WPS works by using one or more databases containing the locations of wifi base stations based on their “fingerprints”, which are based on their SSIDs (their “names”) and MAC addresses (the unique identifier attached to every networked device) and their signal strength. These databases contain information on up to hundreds of millions of wifi base stations gathered from various sources. Quite often, these sources are everyone’s smartphones, which continually scan for wifi base stations and transmit their “fingerprints” and locations back to Apple, Google, or Microsoft, depending on your phone’s operating system. The keepers of these databases assure us that they’re protecting our privacy by anonymizing the data (take this statement with an appropriately-sized grain of salt).

There’s also aGPS — assisted GPS — which uses cellular networking to help your smartphone get the necessary information to more quickly acquire the satellite signals.

If you turn on cellular and wifi networking  on your phone, it works in combination with GPS to provide you more accurate location information in more places, even in places where satellite signals aren’t as accessible. Wifi-only devices, such iPads without cellular data capability, use WPS to determine their location.

GPS is a power hog

usb car adapterListening for an extended time to a handful of radio signals from satellites in space transmitting at a very slow rate — 50 bits (three characters on a web page) per second — eats battery power. Since your smartphone has to listen for these signals for extended periods, using GPS causes it to override its very clever and aggressive power-management system, which normally keeps power consumption to a minimum. Mapping applications, which are often used in conjunction with GPS, are processor-intensive, which increases the power drain.

When you’re using GPS on your phone while unplugged, use it sparingly. If you’re using GPS on your phone on a long drive, plug it in. You should keep a spare USB charging cable in your car, and if it doesn’t have a USB charging port, you should also keep a cigarette lighter USB power adapter (pictured above and to the right) handy.

Not-so-practical (but fun) considerations

On newer smartphones and operating systems, GPS stays on even in airplane mode

airplane modeIf you’re using iOS 8.3 or later (you can check by going to Settings → General → About and then look for Version) or a number of newer Android phones (including Samsung Galaxy S4 or later), the GPS remains on even in “Airplane Mode”.

This is probably due to the fact that GPS is a receive-only technology; it doesn’t send out signals and therefore is less likely to interfere with the airplane’s electronics and navigation systems. Now that a number of flights have wifi, it’s now possible to see a map showing your current location in mid-flight. If you zoom in closely enough, you can see how quickly you’re zipping over city streets, which is an oddly mesmerizing experience.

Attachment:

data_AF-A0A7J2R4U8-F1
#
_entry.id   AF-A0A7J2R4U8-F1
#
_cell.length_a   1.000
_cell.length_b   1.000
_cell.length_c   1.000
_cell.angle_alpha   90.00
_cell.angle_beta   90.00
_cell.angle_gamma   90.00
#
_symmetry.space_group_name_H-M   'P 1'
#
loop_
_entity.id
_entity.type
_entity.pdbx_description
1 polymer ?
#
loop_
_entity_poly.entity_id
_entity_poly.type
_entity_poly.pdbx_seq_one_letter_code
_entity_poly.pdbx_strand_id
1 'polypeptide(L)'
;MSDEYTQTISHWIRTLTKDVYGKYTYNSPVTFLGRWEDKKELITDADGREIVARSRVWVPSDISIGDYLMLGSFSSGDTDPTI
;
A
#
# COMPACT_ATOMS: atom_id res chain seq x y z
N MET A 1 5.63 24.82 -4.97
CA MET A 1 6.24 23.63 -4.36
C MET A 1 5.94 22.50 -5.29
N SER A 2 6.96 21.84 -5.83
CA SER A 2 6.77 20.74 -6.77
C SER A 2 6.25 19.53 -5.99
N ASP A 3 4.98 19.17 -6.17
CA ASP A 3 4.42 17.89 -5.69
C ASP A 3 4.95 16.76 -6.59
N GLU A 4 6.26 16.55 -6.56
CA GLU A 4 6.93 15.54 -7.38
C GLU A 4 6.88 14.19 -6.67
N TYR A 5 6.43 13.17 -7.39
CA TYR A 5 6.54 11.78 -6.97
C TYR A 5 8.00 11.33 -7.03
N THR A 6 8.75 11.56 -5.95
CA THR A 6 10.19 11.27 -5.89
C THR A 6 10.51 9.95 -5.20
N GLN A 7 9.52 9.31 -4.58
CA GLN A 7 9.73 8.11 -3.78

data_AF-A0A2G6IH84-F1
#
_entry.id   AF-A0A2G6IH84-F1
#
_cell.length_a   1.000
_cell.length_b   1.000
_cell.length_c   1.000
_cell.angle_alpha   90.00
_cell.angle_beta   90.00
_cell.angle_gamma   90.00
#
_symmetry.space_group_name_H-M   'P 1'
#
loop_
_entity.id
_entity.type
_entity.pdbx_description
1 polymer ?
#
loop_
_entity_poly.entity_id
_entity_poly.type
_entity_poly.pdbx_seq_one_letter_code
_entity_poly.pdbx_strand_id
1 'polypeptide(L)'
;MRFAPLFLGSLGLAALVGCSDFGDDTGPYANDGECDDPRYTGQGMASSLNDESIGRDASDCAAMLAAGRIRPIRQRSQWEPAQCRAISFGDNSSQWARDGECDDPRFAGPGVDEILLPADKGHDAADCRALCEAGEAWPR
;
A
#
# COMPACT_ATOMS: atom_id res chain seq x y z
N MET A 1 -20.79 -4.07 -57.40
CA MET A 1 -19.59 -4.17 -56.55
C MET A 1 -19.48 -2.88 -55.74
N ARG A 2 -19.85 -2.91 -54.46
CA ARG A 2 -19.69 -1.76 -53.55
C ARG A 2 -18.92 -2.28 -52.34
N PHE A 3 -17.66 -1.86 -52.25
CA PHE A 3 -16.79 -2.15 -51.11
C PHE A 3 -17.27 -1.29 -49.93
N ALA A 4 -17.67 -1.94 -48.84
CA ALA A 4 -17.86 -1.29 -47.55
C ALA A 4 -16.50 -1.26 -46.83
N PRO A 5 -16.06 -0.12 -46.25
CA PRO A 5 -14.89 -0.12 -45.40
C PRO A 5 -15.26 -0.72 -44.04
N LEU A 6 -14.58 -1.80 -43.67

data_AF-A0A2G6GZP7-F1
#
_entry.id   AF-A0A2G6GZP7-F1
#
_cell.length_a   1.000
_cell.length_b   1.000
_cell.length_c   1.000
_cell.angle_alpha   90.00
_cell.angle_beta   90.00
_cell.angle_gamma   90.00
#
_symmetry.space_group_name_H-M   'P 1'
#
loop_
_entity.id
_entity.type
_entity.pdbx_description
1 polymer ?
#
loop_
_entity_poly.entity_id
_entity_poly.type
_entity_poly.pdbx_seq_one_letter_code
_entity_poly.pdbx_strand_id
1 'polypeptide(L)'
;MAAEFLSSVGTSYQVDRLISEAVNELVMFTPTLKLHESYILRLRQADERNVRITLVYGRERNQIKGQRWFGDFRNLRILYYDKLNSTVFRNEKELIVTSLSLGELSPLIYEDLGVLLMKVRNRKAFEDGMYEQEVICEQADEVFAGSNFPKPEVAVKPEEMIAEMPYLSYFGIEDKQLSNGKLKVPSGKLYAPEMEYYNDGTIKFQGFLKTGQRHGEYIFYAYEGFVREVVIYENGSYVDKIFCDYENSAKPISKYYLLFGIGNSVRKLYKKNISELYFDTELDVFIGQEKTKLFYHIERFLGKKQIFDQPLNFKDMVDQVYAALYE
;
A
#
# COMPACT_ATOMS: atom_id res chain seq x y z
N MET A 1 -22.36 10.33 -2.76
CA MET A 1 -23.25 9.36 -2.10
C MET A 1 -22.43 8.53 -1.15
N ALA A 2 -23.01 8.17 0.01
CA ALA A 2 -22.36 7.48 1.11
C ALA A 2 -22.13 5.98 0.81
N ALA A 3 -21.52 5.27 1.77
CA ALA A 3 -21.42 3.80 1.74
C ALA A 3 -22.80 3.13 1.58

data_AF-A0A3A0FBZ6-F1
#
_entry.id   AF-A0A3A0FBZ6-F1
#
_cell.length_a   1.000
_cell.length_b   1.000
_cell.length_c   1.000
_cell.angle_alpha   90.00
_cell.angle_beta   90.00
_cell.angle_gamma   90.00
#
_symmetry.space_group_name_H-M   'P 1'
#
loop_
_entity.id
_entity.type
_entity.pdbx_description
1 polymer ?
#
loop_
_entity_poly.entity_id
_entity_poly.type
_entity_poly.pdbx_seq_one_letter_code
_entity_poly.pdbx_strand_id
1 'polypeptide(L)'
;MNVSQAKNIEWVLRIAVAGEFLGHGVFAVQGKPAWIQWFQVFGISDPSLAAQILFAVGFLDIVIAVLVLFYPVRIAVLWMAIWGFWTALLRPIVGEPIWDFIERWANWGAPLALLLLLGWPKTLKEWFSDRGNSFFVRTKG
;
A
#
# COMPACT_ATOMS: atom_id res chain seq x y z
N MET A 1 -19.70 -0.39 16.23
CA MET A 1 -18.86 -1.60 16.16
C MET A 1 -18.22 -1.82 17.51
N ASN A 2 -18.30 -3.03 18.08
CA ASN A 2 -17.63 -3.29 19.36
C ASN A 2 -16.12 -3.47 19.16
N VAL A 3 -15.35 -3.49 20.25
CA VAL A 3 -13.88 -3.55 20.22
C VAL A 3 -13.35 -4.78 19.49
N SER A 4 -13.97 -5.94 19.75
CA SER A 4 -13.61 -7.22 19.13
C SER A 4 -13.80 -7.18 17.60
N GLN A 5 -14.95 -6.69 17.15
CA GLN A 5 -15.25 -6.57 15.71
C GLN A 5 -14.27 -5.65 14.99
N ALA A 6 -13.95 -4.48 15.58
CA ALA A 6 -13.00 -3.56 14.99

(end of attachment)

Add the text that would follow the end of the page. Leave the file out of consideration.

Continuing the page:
GPS, Interstellar, and Einstein can turn you into a science genius

And finally, here’s an interesting fact concerning GPS that will give you some serious science cred at your social gathering. Let’s take a little detour by way of this scene from the 2014 film Interstellar:

interstellar - millers planet

In the scene pictured above, a team of astronauts led by Matthew McConaughey lands on a water-covered planet orbiting giant black hole. The black hole’s gravity is so strong that it slows down time in its general vicinity: for every hour they spend on the planet, seven years pass for outside observers.

The idea of gravity slowing down time wasn’t something dreamed up by the film’s authors. Instead, it was dreamed up by Albert Einstein, when he came up with the Theory of Relativity. We’ll simply summarize Einstein’s greatest work with these two practical consequences:

gps 05

While the effects of gravity on the GPS system aren’t anywhere as dramatic as in Interstellar, they’re still important enough to be accounted for.

GPS satellites orbit the earth at an altitude of 12,500 miles (20,000 km), which means that the force of gravity on them is much lower. While in orbit, they move at 8,700 mph (14,000 km/h). Both these factors have measurable effects on time:

gps 06a

Since the GPS system relies on precise timekeeping, it introduces a time correction to account for the different speeds at which time moves on earth and on the satellites. The fact that this correction is needed is a practical, everyday application of Einstein’s Theory of Relativity and the seemingly sci-fi concept of warping time.

this article also appears in the GSG blog


Big internet numbers

by Joey deVilla on August 2, 2015

Still the biggest slice of the IT budget pie


Click the infographic to see it at full size.

Communications services will remain the largest part of the global IT budget, according to Gartner’s 2Q 2015 Worldwide IT spending forecast. They predict that it will account for $1.5 trillion, or 43% of the total $3.5 trillion expected to be spent on IT this year. Compared to the other segments, communications services’ share is:

  • 40% larger than the next-largest segment, IT services
  • More than twice the amount spent on devices, including mobile devices
  • Over four times the share taken by enterprise software
  • More than ten times the spend for data centers

Gartner reports that global IT spending in 2015 will be 5.5% lower than in 2014. Their analysts say it’s due to the rising U.S. dollar, and if you look at the figures in “constant currency” terms — that is, if you account for the fluctuations in exchange rates — the market is expected to grow by 2.5%. Changes in the value of the US dollar relative to other currencies affect all manner of spending worldwide, and IT is no exception. Vendors who place a high priority on protecting their margins adjust their pricing in in response to currency fluctuations, which in turn affects IT purchase decisions worldwide.